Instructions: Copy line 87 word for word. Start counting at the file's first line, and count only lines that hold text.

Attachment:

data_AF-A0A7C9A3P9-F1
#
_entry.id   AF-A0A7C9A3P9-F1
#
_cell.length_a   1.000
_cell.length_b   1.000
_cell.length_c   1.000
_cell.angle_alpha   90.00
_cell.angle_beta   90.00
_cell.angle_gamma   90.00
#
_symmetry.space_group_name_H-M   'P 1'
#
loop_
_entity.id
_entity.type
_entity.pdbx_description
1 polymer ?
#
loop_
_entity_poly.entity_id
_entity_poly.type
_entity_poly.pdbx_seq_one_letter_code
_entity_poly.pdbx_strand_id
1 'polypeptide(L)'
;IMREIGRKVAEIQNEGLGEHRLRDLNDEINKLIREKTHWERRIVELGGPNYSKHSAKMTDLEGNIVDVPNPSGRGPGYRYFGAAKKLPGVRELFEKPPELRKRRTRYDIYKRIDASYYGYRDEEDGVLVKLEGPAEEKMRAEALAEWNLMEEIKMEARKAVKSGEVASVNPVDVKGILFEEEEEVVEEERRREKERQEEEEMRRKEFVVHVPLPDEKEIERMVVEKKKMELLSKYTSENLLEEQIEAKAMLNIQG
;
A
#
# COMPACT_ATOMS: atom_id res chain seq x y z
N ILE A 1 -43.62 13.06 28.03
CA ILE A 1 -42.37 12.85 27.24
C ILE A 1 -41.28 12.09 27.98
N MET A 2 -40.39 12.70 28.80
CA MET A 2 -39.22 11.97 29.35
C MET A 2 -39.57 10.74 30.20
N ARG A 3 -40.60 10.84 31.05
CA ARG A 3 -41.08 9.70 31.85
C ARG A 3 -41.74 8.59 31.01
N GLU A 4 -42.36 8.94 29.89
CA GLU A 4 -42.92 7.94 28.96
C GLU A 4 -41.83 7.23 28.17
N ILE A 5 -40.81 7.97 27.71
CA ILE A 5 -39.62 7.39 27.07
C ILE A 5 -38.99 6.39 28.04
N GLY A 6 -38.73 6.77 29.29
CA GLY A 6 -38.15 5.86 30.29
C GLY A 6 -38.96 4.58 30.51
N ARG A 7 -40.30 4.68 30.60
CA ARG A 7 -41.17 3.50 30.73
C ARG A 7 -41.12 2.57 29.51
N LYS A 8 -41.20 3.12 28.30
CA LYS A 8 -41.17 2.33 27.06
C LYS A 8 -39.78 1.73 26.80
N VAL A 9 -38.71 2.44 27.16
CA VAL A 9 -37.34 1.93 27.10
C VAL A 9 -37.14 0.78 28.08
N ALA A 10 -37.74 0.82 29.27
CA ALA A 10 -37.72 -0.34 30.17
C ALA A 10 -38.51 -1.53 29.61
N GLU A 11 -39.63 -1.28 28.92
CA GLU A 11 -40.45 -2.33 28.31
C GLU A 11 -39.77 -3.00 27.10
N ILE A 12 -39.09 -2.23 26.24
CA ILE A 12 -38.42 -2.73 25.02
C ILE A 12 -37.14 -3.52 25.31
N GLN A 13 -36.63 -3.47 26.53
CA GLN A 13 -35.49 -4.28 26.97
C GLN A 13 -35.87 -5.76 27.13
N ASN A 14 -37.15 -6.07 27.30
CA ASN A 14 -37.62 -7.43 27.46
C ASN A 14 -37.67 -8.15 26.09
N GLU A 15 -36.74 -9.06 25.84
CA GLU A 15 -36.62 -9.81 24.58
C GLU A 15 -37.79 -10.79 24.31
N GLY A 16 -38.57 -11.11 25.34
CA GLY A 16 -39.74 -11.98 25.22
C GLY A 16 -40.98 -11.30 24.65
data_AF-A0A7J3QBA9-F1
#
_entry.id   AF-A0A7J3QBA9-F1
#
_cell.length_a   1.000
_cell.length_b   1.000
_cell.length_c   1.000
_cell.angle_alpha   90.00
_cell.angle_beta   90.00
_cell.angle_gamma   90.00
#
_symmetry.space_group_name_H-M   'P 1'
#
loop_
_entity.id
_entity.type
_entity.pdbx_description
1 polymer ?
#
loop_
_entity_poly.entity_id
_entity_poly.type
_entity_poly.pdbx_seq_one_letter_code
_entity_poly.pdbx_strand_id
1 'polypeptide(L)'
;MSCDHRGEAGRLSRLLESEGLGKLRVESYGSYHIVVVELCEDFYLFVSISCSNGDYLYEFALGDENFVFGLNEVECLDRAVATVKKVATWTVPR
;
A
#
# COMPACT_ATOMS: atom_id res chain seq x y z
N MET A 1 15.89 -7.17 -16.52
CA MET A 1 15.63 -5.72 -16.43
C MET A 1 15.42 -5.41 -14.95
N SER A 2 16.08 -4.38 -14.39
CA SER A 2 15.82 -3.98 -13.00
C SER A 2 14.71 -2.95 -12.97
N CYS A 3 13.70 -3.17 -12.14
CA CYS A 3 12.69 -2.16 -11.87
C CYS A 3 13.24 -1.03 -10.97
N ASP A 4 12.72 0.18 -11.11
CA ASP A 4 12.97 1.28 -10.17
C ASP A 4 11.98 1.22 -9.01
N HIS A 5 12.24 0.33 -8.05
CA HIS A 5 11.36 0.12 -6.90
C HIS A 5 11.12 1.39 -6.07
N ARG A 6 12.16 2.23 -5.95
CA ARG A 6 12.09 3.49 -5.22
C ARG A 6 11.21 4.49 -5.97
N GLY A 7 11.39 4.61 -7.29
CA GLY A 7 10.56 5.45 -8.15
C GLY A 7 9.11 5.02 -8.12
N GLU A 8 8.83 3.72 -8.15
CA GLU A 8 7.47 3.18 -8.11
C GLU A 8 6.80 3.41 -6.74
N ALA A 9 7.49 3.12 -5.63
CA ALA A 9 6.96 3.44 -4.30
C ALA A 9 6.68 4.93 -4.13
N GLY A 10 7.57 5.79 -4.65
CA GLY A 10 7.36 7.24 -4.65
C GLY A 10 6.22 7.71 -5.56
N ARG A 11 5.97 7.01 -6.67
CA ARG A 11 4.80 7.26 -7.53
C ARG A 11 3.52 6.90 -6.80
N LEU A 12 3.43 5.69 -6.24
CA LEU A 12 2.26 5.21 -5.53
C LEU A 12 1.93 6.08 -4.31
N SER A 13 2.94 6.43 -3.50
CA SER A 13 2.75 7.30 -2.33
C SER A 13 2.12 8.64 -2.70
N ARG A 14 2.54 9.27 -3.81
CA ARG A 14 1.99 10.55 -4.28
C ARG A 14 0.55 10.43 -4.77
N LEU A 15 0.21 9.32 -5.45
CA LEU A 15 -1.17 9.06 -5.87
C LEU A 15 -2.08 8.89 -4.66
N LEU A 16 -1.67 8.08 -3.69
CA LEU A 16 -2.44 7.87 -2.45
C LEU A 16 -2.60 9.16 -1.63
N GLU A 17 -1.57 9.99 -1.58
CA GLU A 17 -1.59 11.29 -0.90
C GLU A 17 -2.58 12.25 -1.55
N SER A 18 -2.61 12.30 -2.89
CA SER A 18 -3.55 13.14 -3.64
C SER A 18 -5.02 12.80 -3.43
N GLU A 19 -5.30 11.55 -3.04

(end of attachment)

_cell.angle_beta   90.00